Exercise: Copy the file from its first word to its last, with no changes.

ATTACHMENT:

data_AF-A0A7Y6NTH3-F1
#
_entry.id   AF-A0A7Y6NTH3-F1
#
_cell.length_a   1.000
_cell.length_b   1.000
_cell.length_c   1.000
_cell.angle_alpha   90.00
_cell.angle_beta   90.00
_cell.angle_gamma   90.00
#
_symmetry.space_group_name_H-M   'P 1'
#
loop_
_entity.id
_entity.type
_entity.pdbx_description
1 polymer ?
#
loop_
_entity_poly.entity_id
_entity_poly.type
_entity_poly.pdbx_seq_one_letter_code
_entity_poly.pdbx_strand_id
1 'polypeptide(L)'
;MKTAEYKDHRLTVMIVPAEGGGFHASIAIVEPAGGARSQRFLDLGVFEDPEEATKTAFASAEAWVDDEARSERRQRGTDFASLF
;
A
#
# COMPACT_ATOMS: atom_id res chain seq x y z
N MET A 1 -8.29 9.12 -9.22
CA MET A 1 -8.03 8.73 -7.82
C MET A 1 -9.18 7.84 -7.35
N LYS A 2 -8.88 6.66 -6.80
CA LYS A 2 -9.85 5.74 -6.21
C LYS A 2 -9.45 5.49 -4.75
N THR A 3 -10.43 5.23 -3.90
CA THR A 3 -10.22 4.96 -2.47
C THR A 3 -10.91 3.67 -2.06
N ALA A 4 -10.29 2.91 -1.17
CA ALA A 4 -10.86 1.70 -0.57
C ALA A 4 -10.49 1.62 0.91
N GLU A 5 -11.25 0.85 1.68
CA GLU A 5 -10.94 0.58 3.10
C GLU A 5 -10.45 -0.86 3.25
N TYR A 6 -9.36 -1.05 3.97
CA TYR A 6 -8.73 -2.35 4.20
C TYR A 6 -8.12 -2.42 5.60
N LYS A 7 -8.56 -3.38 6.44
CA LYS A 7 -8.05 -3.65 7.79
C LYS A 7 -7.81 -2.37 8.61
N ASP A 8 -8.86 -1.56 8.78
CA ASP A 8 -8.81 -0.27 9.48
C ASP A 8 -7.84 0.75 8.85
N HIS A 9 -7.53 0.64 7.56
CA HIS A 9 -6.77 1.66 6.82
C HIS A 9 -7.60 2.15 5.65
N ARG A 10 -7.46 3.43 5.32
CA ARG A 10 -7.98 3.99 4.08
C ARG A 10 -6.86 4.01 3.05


data_AF-A0A7Y6NTH3-F1
#
_entry.id   AF-A0A7Y6NTH3-F1
#
_cell.length_a   1.000
_cell.length_b   1.000
_cell.length_c   1.000
_cell.angle_alpha   90.00
_cell.angle_beta   90.00
_cell.angle_gamma   90.00
#
_symmetry.space_group_name_H-M   'P 1'
#
loop_
_entity.id
_entity.type
_entity.pdbx_description
1 polymer ?
#
loop_
_entity_poly.entity_id
_entity_poly.type
_entity_poly.pdbx_seq_one_letter_code
_entity_poly.pdbx_strand_id
1 'polypeptide(L)'
;MKTAEYKDHRLTVMIVPAEGGGFHASIAIVEPAGGARSQRFLDLGVFEDPEEATKTAFASAEAWVDDEARSERRQRGTDFASLF
;
A
#
# COMPACT_ATOMS: atom_id res chain seq x y z
N MET A 1 -8.29 9.12 -9.22
CA MET A 1 -8.03 8.73 -7.82
C MET A 1 -9.18 7.84 -7.35
N LYS A 2 -8.88 6.66 -6.80
CA LYS A 2 -9.85 5.74 -6.21
C LYS A 2 -9.45 5.49 -4.75
N THR A 3 -10.43 5.23 -3.90
CA THR A 3 -10.22 4.96 -2.47
C THR A 3 -10.91 3.67 -2.06
N ALA A 4 -10.29 2.91 -1.17
CA ALA A 4 -10.86 1.70 -0.57
C ALA A 4 -10.49 1.62 0.91
N GLU A 5 -11.25 0.85 1.68
CA GLU A 5 -10.94 0.58 3.10
C GLU A 5 -10.45 -0.86 3.25
N TYR A 6 -9.36 -1.05 3.97
CA TYR A 6 -8.73 -2.35 4.20
C TYR A 6 -8.12 -2.42 5.60
N LYS A 7 -8.56 -3.38 6.44
CA LYS A 7 -8.05 -3.65 7.79
C LYS A 7 -7.81 -2.37 8.61
N ASP A 8 -8.86 -1.56 8.78
CA ASP A 8 -8.81 -0.27 9.48
C ASP A 8 -7.84 0.75 8.85
N HIS A 9 -7.53 0.64 7.56
CA HIS A 9 -6.77 1.66 6.82
C HIS A 9 -7.60 2.15 5.65
N ARG A 10 -7.46 3.43 5.32
CA ARG A 10 -7.98 3.99 4.08
C ARG A 10 -6.86 4.01 3.05